populism, settler colonialism, US history, US politics, political theory

Document Type

Main Theme / Tema Central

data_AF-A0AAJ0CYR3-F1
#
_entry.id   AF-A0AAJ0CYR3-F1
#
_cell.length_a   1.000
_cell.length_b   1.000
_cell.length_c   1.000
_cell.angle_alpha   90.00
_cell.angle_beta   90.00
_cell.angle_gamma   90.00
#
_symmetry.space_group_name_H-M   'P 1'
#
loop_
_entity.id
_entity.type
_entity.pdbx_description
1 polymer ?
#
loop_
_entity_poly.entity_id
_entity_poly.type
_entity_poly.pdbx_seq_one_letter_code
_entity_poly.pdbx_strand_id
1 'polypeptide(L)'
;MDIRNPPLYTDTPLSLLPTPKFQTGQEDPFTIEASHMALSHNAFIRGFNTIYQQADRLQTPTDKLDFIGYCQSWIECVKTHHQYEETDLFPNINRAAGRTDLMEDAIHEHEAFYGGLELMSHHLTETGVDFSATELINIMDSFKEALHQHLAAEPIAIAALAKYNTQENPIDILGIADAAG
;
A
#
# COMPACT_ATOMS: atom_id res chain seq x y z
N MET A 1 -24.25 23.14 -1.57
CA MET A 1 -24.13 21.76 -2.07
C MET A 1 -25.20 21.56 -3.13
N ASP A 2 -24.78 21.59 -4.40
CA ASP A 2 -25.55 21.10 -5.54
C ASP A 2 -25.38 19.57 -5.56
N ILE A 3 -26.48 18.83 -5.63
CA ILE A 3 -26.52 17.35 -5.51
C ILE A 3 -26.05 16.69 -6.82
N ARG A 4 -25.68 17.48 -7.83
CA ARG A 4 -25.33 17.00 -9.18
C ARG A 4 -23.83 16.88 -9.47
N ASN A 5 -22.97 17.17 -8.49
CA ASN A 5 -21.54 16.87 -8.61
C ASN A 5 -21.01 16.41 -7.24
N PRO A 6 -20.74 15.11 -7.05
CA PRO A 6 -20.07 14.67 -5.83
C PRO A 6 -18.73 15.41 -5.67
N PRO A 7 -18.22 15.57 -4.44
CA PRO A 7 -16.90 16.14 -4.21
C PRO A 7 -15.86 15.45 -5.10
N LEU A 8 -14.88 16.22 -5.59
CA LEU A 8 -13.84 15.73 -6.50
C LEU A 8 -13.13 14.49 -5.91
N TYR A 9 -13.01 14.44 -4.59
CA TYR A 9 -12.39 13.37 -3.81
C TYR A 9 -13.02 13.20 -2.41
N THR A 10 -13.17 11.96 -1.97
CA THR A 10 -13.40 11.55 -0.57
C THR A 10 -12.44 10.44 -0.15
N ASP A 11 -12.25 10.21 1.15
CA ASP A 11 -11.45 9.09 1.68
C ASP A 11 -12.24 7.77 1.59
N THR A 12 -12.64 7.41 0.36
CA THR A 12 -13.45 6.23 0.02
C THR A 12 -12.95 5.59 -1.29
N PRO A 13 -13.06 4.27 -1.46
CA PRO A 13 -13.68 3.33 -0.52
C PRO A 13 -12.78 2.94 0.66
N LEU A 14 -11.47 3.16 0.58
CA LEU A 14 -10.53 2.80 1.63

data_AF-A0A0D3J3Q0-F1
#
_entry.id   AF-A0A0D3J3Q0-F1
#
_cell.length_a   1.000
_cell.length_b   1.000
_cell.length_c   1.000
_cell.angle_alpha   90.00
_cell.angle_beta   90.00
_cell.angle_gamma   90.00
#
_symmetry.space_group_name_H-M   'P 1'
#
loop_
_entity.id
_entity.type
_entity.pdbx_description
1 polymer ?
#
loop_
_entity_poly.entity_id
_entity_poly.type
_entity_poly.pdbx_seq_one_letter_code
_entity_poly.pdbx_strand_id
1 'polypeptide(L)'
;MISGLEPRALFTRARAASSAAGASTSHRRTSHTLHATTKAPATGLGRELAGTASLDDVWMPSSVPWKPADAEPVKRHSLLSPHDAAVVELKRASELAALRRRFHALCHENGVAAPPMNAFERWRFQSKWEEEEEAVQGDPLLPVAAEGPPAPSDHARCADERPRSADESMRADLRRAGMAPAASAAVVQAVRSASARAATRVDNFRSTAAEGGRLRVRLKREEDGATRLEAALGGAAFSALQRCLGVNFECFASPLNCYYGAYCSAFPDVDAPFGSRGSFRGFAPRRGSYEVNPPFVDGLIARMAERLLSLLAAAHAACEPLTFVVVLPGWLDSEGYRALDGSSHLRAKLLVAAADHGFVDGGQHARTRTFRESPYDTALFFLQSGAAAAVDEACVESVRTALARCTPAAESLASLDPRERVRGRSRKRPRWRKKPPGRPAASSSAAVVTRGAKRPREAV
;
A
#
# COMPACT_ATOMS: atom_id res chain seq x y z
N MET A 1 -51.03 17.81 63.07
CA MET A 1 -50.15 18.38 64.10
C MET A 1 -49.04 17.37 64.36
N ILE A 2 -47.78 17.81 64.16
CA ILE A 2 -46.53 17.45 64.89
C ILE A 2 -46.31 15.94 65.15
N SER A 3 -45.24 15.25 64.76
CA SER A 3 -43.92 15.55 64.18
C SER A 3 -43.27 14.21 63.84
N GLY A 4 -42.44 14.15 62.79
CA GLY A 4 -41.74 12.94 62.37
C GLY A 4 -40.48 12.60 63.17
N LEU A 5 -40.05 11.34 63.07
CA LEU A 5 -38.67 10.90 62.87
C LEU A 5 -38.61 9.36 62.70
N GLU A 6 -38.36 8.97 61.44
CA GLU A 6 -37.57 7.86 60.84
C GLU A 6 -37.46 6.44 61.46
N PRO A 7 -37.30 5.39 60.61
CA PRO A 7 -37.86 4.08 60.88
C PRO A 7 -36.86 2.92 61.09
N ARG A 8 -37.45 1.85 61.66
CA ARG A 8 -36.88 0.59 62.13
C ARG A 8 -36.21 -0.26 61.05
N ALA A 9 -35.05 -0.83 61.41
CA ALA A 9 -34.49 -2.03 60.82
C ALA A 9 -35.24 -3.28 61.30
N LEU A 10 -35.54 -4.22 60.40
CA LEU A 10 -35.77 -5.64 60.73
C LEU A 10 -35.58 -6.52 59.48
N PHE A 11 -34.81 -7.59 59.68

United States political history is a uniquely populist and settler one. While there is plenty of scholarship on populism and on settler colonialism separately, there is a significant gap in understanding how the political phenomena are connected. To begin to remedy this gap, I argue that particularly in the US political context, populist and settler colonial sociopolitical logics are both historically and theoretically interconnected. Both political phenomena are central to understanding the foundations of American socio-political life. Working in a theoretical-historical mode, I identify five ways in which settler colonialism and populism have intersected, and in the process produce a set of logical functions: to categorize, subordinate, dismiss, authorize, and defy. These functions reveal a mirrored internal logic to populism and settler colonialism. Using this theoretical analytic, I will then discuss four distinct moments of populist politics in the US: Shays’ Rebellion, Andrew Jackson’s presidency, the emergence of the People’s Party, and Donald Trump’s presidency. The intertwined logics are present and coarticulated in each of these populist waves, with certain logics dominant at different times. Ultimately, this thesis will reveal that both populist and settler colonial political logics are interdependent, foundational, and continuous features of US politics and that, therefore, populism and settler colonialism in the US context ought to be considered in tandem.



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